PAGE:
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Cambridge Service Alliance

At the forefront of service transformation in the digital era

Service Week 2016

Cambridge Service Week 2016 was held from 5-12 October 2016. It was a series of events hosted by the Cambridge Service Alliance to bring together leading academics, industrialists and policy-makers to address the evolving challenges facing service education, research, practice and policy. Details for individual events are below.serviceweeklogo

Industry Conference - Tuesday 11 October 2016

Growing your service business in an age of digital disruption.

2016 Industry Conf Flyer imageThis year our Industry conference focused on 'Growing your service business in an age of digital disruption'. It was held during Cambridge Service Week 2016, on Tuesday 11 October 2016, Moller Centre, Cambridge, UK. 

Digital disruption, the internet of things and big data analytics all mean the rules of the game have changed. Firms are looking for new digitally enabled business models that deliver customised solutions in response. Whether its smart health services, smart transport solutions or guaranteeing uptime, availability and output from complex equipment, the underlying themes are the same.

Find out what our keynote speakers spoke about below - with copies of their presentations, as well as Podcast Interviews given during the day.


TrackunitSlideImagePer Stjernqvist,

Trackunit A/S

IOT and Data Intelligence: Enabling Risk Management and Service Business Growth

2485Per Stjernqvist is considered to be one of the worlds most experienced people in the art of turning machine data (IoT) into services and solutions. Creating innovative customer value propositions based on interviews, observations and trends in customer behavior is his “trademark”. 7 years at Volvo Truck Corporation and 18 years at Volvo Construction Equipment as Managing 2495Director and global developer of services and solutions. Teacher and researcher at Copenhagen Business School he has lately joined the Goldman Sachs owned company Trackunit A/S in Denmark as VP Servitization & Solutions. Per Stjernqvist holds board positions in large service and solution companies. 

At the conference, Per introduced Trackunit and traceability solutions, giving details about how Trackunit minimises risk in leasing and operating businesses. He also discussed the how Trackunit created and scaled their business model.

Extract from a podcast interview with Per:

“When you enter a new area where nobody has been before, you cannot up front come up with a perfect solution, you need to test, test, test, and fail during that process. Software development and services, you need to develop at a different pace and allow yourself to fail, which is not always the case with a prototype of a hard product or machine. It is much cheaper to fail with software, and you can fail many times because the costs will be low.  The pace of change we see is exploding, but we are seeing so many retrofit solutions. It will be a standard option that every machine that leaves the factory in the future will be fitted with Telematics and the costs will be low.”    

Listen to the Podcast Interview with Per:

[transcript of Podcast recording]

SiemensSlideImageBrian Holliday,

Siemens plc

Brian Holliday is Managing Director for Siemens Digital Factory which serves the manufacturing and infrastructure sectors in the UK, Ireland and Nigeria. He is a member of the Executive Management Board for Siemens plc and Chairman of Siemens Industry Software UK. He is Chairman of the Electronic Systems Council (ESCO) which represents the interests of the UK electronic systems sector. He is a Supervisory Board member for the High Value Manufacturing Catapult which seeks to stimulate growth through innovation in 1814manufacturing. He is also a main board member for the EEF, the Manufacturers’ Organisation which provides vital business support, training and governmental representation for the sector. A Chartered Engineer and Fellow of the Institution of Engineering and Technology. Brian started his career as an apprentice with Texas Instruments. He read Computer Systems at Cardiff University before joining Siemens, the global leader in electrification, automation and digitalization in 1993. He attained his Executive MBA at Manchester Business School in 2000 and in 2014 became a graduate of the CBI’s Leadership Programme.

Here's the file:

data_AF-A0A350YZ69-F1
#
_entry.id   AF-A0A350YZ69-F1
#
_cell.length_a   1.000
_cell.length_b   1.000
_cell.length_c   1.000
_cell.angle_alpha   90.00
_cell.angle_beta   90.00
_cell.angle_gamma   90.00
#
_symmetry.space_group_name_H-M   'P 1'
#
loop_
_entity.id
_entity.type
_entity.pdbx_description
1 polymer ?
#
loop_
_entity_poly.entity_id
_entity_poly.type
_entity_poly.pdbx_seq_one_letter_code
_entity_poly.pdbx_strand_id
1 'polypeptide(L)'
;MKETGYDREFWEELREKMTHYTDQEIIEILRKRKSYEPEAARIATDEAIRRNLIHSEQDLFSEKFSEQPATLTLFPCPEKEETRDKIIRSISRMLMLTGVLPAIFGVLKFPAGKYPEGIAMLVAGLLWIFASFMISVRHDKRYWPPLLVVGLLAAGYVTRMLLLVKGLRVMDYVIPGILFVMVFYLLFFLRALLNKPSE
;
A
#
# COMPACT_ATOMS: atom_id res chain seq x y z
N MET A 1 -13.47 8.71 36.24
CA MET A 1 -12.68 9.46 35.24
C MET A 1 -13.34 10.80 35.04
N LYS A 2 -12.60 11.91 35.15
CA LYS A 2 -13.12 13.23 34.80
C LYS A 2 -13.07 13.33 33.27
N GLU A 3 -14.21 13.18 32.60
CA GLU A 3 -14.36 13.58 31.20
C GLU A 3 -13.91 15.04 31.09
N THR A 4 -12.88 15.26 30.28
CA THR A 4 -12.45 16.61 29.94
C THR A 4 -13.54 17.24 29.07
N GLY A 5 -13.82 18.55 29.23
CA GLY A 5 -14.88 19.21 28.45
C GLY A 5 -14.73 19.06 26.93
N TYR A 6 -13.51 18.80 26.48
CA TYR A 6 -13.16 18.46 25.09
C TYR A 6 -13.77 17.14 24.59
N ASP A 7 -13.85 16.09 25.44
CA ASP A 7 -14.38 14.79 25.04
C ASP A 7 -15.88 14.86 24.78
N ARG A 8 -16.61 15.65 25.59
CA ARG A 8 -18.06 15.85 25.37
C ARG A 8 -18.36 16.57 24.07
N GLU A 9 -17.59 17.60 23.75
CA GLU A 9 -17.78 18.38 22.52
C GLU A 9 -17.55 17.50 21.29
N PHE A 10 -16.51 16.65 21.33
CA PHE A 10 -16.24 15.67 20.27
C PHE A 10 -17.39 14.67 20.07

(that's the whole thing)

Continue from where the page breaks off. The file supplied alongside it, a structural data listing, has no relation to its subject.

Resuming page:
At the conference, Brian discussed the industrial digital transformation impacting design, manufacturing and service as well as Industry 4.0 and the ideas it has introduced. Brian went on to discuss Siemens' digital factory concept and their journey to date, and how they are making data work better for their service organisation.

Extract from a podcast interview with Brian:

“From an engineering perspective, you used to have serial processes which were linear, but now, with the digital twin, you are building a complex model collaboratively. You have got people working at the same time on the same data in a collaborative product 2445management sense and by painting a rich and complex picture of the device you are able to view it and bring it to life. You can isolate its characteristics and think about the materials or the suppliers, or you might test it in ways virtually that simply wouldn’t have been possible with earlier methods. You can virtually prototype your products so you can get much closer to having a near to market product designed and built from those virtual models. The digital twin concept is also valid when you take it into the plant. As manufacturers, we have to think about the best way to lay out the factory, and we will need to look at a number of scenarios, but now we can digitise the factory and the data into the model and run these before committing to changes. The digital twin concept is exciting, whether it is the product, the factory or the service you are offering. For design, make and service the digital twin is genuinely exciting.”